Demand for tours around the Great Barrier Reef is as high as it’s ever been despite suggestions the tourism industry will struggle as coral bleaching takes its toll on the reef, according to one tour group operator.
Michael Healy is the group director of sales and marketing for Quicksilver, a reef tour operator that operates in the region. He says business hasn’t been this good in over a decade.
“We ask as many people as we can about the reef, about their journey out there and we’re yet to hear any negative comments about the deterioration of the reef,” he told SmartCompany.
“We haven’t seen an impact [on numbers] at this stage,” Healy says.
However, in recent weeks, the fate of tourism in the region has received more attention from politicians in Canberra, following reports about the widespread bleaching that is occurring across parts of the reef.
Federal opposition leader Bill Shorten has announced $500 million dollars will go towards saving the reef should the Labor Party be elected on July 2.
On top of that, on Tuesday Shorten said $1 billion of the Coalition’s $5 billion Northern Australia Infrastructure Fund would be reserved for tourism under a Labor government.
The opposition leader said “a lack of high-quality facilities will limit Australia’s ability to capture and grow our share of the booming Asian travel market unless we invest today”.
While Shorten didn’t specify what the money would be used for, the independent Northern Australia Infrastructure Fund was set up to provide funding for regional infrastructure and long-term projects that might otherwise not be built.
Healy says not limiting the money available to those seeking to build roads and transport infrastructure, but also making it available to tourism operators “makes sense”.
“Using that money is not something we have looked into, but obviously that would help expand our infrastructure,” he says.
Negative media a self-fulfilling prophecy
Healy also sits on the board of Tourism Events Queensland and says the region is trying to fight back against perceptions the whole reef is bleached.
“The worldwide media are grabbing the soundbite and moving on,” he says.
Doug Baird, the environment and compliance manager at Quicksilver, says the media are treating the coral bleaching up near Cape York, where 35% of corals a bleaches, as indicative of the rest of the reef.
Agincourt Reef, which is one of the most popular reefs on the coast, is accessed through Cairns and Port Douglas, where the bleaching isn’t as bad, Baird says.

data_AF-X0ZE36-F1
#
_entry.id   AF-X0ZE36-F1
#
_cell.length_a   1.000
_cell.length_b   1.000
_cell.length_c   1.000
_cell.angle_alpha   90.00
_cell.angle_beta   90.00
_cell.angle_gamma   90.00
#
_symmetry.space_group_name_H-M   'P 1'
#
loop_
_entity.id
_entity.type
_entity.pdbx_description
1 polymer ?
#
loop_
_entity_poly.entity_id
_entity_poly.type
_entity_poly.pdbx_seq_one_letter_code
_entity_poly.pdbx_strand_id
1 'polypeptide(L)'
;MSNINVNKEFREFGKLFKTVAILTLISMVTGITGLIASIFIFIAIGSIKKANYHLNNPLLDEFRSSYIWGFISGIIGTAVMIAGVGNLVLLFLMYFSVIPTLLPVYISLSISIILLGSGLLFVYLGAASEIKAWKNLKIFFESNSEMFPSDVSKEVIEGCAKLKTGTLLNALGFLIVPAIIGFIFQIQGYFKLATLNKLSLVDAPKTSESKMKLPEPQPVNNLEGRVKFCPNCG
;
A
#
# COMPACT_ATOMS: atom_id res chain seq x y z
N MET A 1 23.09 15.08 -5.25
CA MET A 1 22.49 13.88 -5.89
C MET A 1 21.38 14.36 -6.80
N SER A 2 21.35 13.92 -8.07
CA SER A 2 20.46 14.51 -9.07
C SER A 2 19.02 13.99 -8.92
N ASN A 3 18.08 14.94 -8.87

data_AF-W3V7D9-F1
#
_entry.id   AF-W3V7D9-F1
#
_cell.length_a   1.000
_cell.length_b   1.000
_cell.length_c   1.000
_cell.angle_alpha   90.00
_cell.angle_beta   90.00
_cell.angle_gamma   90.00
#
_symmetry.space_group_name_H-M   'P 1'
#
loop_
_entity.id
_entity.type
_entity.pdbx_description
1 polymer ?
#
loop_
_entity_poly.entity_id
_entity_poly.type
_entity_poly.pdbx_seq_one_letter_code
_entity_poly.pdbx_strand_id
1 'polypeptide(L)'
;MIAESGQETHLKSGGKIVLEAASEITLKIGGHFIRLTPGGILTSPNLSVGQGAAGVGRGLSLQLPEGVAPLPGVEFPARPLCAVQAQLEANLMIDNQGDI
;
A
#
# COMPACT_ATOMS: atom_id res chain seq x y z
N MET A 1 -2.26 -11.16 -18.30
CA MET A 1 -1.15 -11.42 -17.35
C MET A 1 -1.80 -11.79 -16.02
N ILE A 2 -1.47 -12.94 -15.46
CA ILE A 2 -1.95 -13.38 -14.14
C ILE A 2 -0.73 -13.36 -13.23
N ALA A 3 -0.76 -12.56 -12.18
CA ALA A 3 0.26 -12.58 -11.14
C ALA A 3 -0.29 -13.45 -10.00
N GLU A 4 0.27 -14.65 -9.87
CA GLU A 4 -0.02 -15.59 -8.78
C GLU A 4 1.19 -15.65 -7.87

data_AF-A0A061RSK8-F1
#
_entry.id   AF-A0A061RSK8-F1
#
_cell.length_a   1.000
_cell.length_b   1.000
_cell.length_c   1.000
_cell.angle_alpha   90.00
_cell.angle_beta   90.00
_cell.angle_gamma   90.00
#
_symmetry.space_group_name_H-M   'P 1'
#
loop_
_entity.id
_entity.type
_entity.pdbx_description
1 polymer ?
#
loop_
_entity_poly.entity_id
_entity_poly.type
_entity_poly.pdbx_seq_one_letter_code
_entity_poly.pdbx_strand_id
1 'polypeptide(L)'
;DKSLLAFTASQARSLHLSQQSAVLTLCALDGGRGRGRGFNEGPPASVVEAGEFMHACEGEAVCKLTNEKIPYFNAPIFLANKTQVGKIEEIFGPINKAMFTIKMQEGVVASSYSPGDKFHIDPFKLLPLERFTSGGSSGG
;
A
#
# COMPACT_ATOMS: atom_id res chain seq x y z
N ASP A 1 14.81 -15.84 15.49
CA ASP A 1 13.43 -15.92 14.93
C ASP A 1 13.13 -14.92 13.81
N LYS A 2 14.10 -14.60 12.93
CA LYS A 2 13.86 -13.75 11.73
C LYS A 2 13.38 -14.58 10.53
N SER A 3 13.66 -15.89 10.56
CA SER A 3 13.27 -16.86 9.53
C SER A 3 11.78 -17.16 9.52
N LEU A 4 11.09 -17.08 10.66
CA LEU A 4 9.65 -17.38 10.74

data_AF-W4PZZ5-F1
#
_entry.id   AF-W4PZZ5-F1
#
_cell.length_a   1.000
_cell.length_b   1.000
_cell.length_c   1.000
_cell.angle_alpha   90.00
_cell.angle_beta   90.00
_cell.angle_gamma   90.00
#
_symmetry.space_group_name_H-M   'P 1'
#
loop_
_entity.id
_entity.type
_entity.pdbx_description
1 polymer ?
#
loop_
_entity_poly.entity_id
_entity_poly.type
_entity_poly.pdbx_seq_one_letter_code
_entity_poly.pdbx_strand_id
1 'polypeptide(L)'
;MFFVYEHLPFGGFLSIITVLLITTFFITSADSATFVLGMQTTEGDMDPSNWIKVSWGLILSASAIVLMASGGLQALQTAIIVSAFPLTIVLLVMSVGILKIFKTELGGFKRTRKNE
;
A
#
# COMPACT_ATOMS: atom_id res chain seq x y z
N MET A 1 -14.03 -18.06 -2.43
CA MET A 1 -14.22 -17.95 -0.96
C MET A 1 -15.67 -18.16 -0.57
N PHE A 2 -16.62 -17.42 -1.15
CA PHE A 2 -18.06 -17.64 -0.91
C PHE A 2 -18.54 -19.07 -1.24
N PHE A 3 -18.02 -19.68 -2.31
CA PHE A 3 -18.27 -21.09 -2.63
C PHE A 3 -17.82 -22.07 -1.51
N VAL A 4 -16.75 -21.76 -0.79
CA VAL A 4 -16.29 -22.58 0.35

“This summer was the perfect storm,” Baird says. “We had el Niño, very high sea surface temperature, no cyclonic activity to cool down the surface, very little rain and cloud cover.”
“We’re seeing corals recover now, and we’d hope next summer isn’t as bad as the one we’ve just seen,” he says.
However, one expert says there is “no doubt” bleaching will affect local communities if it continues.
“We have close to a million international visitors each year [to Cairns alone], and we know most international visitors come for world heritage qualities like the reef,” says Allison Anderson, a tourism expert at the Central Queensland University.
Anderson says reef loss and bleaching has the potential to affect “word-of-mouth, reviews and the desire to return” and fewer numbers of tourists will flock to the Sunshine State’s far north if the reef is damaged.
“We don’t conclusively know what the impact will be. We’re doing research, but there’s no doubt it will impact the tourist experience,” she says.
North Queensland needs to bring more to the table
However, Anderson says the coral bleaching serves as a warning that tourism in Northern Queensland needs to “diversify” to ensure future bleaching events don’t bring down the region’s economy with it.
She believes Northern Queensland is too dependent on the Great Barrier Reef to bring in visitors.
“There’s a temptation in the tropics to try and rely on your natural environment to draw in visitors,” she says.
In 2013, Deloitte estimated that environment, including the reef, brought in $5.2 billion worth of tourist dollars to the region each year, and directly contributed to the equivalent of nearly 65,000 jobs in that sector.
However, Anderson tells SmartCompany the Sunshine State has more to offer.
“We’ve got the Daintree, which has some of the oldest continuous vegetation in the world and we’ve got the Atherton tablelands, but we can sell more than that,” she says.
“The climate is really favourable – I’m standing in Cairns in a sleeveless dress on the first day of winter.”
“We could do a lot of things to attract visitors up here by selling the tropical lifestyle,” she says.
This could involve establishing other sorts of attractions, such as the Cairns Aquarium, which is currently under construction.
“I mean if you get entertainment spaces, more businesses, a water park then all of a sudden there’s a lot more to come up for,” Anderson says.
Anderson hopes federal government funding will be available to help deepen the North Queensland tourism industry beyond promotion of the reef.
“If funding goes into reef investment, propping up reef operators and no-one else, that wouldn’t help a huge amount,” she says.
“However if they were talking about trying to get new attractions, we need to start looking into what we can do.”